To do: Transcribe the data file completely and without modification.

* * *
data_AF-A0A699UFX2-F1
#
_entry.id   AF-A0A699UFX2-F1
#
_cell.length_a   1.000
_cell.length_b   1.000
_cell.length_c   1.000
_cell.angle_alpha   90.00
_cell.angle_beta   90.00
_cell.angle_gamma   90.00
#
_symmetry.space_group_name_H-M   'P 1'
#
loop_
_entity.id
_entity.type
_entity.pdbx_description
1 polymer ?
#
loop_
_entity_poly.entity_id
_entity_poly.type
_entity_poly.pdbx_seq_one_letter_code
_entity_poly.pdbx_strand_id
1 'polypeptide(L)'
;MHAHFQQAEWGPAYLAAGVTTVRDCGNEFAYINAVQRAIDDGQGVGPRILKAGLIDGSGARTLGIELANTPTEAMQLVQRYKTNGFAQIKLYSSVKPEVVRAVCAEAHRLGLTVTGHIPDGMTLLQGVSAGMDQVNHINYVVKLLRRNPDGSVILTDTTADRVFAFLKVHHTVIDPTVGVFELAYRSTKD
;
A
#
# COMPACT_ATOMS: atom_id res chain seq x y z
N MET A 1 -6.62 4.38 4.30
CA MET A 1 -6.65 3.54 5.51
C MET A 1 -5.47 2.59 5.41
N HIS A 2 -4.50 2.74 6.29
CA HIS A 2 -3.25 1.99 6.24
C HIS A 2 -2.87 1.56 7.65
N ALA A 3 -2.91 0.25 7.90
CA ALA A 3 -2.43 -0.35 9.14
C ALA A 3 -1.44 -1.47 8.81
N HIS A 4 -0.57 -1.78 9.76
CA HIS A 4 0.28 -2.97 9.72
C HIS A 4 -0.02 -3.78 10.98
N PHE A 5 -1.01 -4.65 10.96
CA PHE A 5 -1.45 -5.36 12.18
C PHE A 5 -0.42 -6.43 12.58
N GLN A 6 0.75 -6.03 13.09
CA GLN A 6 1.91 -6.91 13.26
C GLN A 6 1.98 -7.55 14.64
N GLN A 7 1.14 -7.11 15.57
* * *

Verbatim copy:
data_AF-A0A699UFX2-F1
#
_entry.id   AF-A0A699UFX2-F1
#
_cell.length_a   1.000
_cell.length_b   1.000
_cell.length_c   1.000
_cell.angle_alpha   90.00
_cell.angle_beta   90.00
_cell.angle_gamma   90.00
#
_symmetry.space_group_name_H-M   'P 1'
#
loop_
_entity.id
_entity.type
_entity.pdbx_description
1 polymer ?
#
loop_
_entity_poly.entity_id
_entity_poly.type
_entity_poly.pdbx_seq_one_letter_code
_entity_poly.pdbx_strand_id
1 'polypeptide(L)'
;MHAHFQQAEWGPAYLAAGVTTVRDCGNEFAYINAVQRAIDDGQGVGPRILKAGLIDGSGARTLGIELANTPTEAMQLVQRYKTNGFAQIKLYSSVKPEVVRAVCAEAHRLGLTVTGHIPDGMTLLQGVSAGMDQVNHINYVVKLLRRNPDGSVILTDTTADRVFAFLKVHHTVIDPTVGVFELAYRSTKD
;
A
#
# COMPACT_ATOMS: atom_id res chain seq x y z
N MET A 1 -6.62 4.38 4.30
CA MET A 1 -6.65 3.54 5.51
C MET A 1 -5.47 2.59 5.41
N HIS A 2 -4.50 2.74 6.29
CA HIS A 2 -3.25 1.99 6.24
C HIS A 2 -2.87 1.56 7.65
N ALA A 3 -2.91 0.25 7.90
CA ALA A 3 -2.43 -0.35 9.14
C ALA A 3 -1.44 -1.47 8.81
N HIS A 4 -0.57 -1.78 9.76
CA HIS A 4 0.28 -2.97 9.72
C HIS A 4 -0.02 -3.78 10.98
N PHE A 5 -1.01 -4.65 10.96
CA PHE A 5 -1.45 -5.36 12.18
C PHE A 5 -0.42 -6.43 12.58
N GLN A 6 0.75 -6.03 13.09
CA GLN A 6 1.91 -6.91 13.26
C GLN A 6 1.98 -7.55 14.64
N GLN A 7 1.14 -7.11 15.57